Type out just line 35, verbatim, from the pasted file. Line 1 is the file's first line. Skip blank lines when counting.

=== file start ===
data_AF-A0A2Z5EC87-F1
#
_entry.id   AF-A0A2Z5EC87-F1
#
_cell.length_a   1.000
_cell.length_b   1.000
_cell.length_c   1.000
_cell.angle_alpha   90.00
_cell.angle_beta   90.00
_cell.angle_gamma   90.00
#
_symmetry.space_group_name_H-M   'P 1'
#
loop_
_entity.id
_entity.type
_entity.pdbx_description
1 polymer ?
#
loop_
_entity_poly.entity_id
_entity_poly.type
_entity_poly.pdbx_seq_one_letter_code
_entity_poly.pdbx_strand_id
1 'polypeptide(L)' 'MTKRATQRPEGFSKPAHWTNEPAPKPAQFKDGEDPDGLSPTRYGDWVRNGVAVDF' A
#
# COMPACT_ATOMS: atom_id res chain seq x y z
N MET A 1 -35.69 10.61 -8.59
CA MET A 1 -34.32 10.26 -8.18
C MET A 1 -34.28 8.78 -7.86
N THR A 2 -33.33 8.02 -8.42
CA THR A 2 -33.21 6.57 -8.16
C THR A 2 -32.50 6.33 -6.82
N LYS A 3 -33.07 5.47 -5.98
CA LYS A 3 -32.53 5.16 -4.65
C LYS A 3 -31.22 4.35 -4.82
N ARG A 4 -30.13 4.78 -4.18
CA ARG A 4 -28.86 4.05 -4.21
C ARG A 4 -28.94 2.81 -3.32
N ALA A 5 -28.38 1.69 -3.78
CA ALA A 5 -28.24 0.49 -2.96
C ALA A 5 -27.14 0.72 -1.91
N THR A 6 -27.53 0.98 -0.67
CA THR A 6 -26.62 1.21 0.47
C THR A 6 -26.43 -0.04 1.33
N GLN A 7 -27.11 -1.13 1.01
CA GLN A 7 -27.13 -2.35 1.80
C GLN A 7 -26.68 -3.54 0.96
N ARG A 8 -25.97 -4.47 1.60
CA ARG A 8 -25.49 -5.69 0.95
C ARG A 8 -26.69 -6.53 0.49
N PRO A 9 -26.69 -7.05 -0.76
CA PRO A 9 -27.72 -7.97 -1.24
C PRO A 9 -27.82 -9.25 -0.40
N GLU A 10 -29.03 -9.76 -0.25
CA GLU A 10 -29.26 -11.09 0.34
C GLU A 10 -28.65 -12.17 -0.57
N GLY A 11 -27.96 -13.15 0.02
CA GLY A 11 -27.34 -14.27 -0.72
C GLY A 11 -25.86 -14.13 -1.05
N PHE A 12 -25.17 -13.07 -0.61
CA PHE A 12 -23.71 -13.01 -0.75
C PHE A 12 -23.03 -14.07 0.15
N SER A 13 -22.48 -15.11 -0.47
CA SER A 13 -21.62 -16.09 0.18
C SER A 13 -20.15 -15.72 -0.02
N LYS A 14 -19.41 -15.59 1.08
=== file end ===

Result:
CA LYS A 3 -32.53 5.16 -4.65